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Science Rules for Kids

by Rosenya Faith, studioD

A child's inquisitive mind makes science an engaging and entertaining subject, but experiments in the home can spawn disasters if you don't have rules to keep your child safe. By helping your child follow a few safety rules, you can eliminate dangers and avoid trips to the emergency room, all while keeping science fun. Talk to your child about the rules to follow during an experiment and explain the reason behind each one so your child can understand the importance of the rules on his own.

Conduct experiments under the supervision of an adult. While many of the experiments your child might want to conduct at home do not contain hazardous materials, you still have the potential for explosive results. For example, vinegar and baking soda might seem harmless, but mix them together and you have a volcano -- add any food coloring to that and you have one big mess to clean up if the experiment was not properly supervised.

Use protective equipment. Home experiments probably don't involve heating chemicals with a Bunsen burner, but even the mixture of vinegar and baking soda can sting if it gets in your child's eyes. Use safety glasses, where a smock or apron to protect clothing, and using gloves when an experiment requires coloring agents will mean less scrubbing you have to do in the bath later.

Learn how to handle an emergency, even if you don't anticipate a big emergency. For example, vinegar in the eye might not seem like a blinding emergency, but it does sting because it is an acid and can cause damage to the cornea. Know before your child begins an experiment what substances are used, what negative effects can occur, and how to respond quickly and appropriately.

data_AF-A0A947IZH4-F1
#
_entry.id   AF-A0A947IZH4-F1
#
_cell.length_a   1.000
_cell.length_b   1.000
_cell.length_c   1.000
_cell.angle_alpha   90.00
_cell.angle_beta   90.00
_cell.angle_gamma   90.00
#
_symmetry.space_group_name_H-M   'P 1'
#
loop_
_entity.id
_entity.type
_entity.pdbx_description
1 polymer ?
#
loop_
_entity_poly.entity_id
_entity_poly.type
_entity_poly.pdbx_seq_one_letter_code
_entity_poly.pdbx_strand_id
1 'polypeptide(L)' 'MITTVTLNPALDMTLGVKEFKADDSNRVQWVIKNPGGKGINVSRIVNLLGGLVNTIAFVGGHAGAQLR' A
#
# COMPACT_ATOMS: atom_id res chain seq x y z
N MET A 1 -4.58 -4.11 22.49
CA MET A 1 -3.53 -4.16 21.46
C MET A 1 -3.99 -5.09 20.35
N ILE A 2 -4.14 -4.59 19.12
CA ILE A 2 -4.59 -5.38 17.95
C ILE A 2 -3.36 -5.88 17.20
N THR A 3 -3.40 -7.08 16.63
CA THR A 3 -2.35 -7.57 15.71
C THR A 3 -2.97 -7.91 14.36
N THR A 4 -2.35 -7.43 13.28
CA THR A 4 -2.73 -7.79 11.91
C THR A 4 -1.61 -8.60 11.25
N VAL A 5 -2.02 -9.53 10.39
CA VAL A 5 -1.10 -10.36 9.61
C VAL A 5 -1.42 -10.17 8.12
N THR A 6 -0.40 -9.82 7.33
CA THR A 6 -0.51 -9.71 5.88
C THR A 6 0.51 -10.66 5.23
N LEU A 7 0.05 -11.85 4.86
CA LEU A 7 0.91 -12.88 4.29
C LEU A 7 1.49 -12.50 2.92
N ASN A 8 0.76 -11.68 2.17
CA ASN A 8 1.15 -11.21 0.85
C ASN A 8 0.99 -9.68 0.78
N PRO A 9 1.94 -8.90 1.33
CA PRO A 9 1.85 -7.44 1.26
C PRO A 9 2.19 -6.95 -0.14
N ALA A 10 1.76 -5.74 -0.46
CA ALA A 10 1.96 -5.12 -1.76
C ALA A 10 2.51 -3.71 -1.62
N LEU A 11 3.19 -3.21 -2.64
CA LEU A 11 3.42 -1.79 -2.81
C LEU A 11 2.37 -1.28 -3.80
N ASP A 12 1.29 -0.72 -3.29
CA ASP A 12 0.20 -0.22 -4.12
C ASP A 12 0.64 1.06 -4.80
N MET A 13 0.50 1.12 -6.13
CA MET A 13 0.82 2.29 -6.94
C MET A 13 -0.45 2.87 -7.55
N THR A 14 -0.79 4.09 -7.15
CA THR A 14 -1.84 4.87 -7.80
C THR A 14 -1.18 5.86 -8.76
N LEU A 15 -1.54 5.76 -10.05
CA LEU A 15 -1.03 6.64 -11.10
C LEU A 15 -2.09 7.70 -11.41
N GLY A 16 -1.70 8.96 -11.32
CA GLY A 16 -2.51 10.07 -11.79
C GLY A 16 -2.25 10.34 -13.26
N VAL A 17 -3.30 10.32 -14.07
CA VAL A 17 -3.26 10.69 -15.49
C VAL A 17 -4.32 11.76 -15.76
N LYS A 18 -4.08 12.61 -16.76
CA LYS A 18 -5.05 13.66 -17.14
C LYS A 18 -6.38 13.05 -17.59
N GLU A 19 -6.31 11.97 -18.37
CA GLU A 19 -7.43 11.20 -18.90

Keep long hair tied back and wear experiment-safe clothing. Your child's sleeves should be rolled up -- even when an experiment is safe, a dangling sleeve can knock things over and make a mess. Opt for form-fitting clothing and ensure aprons are secured properly.

Research the experiment ahead of time and stick to the plan. Spontaneously adding different paint colors together to see what color it makes is OK; adding ingredients at random from the cupboard to see what reaction takes place probably is not. Conduct a little research before your child begins any experiment to ensure all aspects and ingredients are safe and then do not deviate from the experiment's instructions.

Items you will need
  •  Safety glasses
  •  Smock or apron
  •  Gloves
  •  Hair tie
  •  Form-fitting clothing


  • Science Safety Rules; Kelli Hicks
  • The Everything Kids' Science Experiments Book; Tom Robinson

About the Author

Rosenya Faith has been working with children since the age of 16 as a swimming instructor and dance instructor. For more than 14 years she has worked as a recreation and skill development leader, an early childhood educator and a teaching assistant, working in elementary schools and with special needs children between 4 and 11 years of age.

Photo Credits

  • Stockbyte/Stockbyte/Getty Images